Firefighters preparing for potentially dangerous wildfire season

Updated: Jan. 4, 2018 at 11:09 PM CST
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Source: KFDA
Source: KFDA
Source: KFDA
Source: KFDA
Source: KFDA
Source: KFDA

AMARILLO, TX (KFDA) - Because of our current drought conditions, early predictions anticipate above normal wildfire potential for the Panhandle region from February through April.

According to the National Interagency Coordination Center, which works with fire departments across the country to prepare for wildfire season, the areas of concern are shown in the red below:

Due to this, area firefighters are already gearing up for a potentially dangerous season, but they want you to prepare as well.

Wildfires are a sight no one wants to see across the Panhandle skyline, but it may be all too common in the coming months.

"We haven't rained in more than 80 days. So if you think back to last spring, we had horrible wildfire danger," said Chief Meteorologist 'Doppler' Dave Oliver. "We could have a similar setup this spring except we are drier than we were last year. So we are getting increasingly concerned about this upcoming season."

Heavy rainfall late last summer and into early fall caused plants to spring up, but now those plants are dead and the perfect fuel for a devastating wildfire.

"The amount of grass we have and how small the grass is it doesn't take a lot to ignite. And with the amount of winds we get, it can push a grassfire pretty big and pretty quick," said Texas A&M Forest Service Task Force Coordinator Billy Gage.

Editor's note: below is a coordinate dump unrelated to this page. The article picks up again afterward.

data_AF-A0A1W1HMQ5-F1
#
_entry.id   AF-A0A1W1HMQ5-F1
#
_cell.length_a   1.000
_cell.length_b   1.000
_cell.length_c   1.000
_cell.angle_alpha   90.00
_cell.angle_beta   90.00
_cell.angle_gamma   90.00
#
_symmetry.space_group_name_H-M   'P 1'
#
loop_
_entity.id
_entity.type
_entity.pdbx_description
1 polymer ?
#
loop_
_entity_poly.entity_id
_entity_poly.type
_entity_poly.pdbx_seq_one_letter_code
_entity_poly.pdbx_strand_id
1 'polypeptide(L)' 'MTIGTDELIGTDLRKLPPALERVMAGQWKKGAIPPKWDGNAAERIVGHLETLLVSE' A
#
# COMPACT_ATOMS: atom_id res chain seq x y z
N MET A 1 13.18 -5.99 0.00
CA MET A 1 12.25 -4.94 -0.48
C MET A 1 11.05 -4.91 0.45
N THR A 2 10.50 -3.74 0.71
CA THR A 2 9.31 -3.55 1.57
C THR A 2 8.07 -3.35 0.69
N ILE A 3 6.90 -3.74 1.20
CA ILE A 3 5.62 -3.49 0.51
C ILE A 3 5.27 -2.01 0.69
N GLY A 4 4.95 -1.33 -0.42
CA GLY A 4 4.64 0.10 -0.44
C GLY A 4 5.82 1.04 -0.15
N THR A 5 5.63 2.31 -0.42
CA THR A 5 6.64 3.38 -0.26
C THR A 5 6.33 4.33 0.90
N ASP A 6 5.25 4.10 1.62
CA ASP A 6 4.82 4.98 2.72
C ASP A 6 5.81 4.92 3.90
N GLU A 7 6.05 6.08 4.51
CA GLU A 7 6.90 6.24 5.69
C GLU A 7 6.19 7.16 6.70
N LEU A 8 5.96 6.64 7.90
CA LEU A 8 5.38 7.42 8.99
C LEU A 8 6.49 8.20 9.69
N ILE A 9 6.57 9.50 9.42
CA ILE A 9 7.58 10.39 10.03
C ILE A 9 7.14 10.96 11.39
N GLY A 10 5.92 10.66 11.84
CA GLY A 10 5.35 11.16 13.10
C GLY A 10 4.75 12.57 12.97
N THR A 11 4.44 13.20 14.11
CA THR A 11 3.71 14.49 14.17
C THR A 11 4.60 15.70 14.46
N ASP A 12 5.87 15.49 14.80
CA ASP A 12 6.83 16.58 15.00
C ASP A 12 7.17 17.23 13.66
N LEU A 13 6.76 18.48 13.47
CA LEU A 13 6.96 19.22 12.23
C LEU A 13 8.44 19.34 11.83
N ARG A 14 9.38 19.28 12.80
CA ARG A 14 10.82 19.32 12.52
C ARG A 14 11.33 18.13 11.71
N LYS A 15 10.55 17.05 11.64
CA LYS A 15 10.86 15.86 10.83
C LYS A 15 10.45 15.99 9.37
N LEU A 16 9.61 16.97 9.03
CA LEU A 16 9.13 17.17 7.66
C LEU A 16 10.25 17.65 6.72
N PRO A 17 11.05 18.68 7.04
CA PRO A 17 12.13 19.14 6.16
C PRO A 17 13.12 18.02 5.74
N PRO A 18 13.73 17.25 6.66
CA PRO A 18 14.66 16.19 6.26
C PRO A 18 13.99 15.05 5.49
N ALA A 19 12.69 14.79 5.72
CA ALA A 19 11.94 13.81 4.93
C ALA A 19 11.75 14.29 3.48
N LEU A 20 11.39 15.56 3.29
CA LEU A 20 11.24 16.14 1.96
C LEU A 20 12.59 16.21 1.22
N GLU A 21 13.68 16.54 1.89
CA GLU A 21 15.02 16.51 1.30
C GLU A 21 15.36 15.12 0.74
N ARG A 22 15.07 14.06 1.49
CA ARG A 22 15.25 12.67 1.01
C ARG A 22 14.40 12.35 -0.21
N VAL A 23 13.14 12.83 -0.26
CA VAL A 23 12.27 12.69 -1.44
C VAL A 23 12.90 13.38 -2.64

That's why the Forest Service needs your help now to get rid of some of that fuel.

"Clear a lot of the brush that is around their actual home," said Gage. "Get a good defensible space, meaning have green grass around their area or staying away from heavier loadings of fuel. So don't have a tall amount of brush, grass or trees overhanging on their house."

The Forest Service also urges drivers to make sure they don't have chains hanging from their cars and to avoid parking on dry grass.

"What often gets overlooked is the threat of wildfires. We've lost many more homes and more property to wildfires than any other weather related event," said Oliver.

Of the nearly 575,000 acres that burned in Texas during last year's wildfire season, 85 percent of that land was in the Panhandle.

Because of fire activity over the past few years, our local Texas A&M Forest Service Task Force has grown within that time from only six staff members to 30 who are stationed in Amarillo, Childress and Lubbock.

"We grew from having multiple calls, multiple initial attacks and our large fire growth so quickly," said Gage. "Now it's becoming the busiest station and the state was recognizing there's more need for more boots on the ground and more folks in here."

There is also more equipment, which fills almost half of the Randall County Fire Department complex. If the fire outlook worsens, firefighting airplanes called SEATS will be flown in and stationed at Rick Husband.

The Forest Service is ready for the worst, but it needs you to be ready too.

Outdoor burning is prohibited during the upcoming months as most of the Texas Panhandle is already under a burn ban.

For more tips on how you can can better prepare your home for wildfires, the Texas A&M Forest Service has a list of preventative measures that you can find here.

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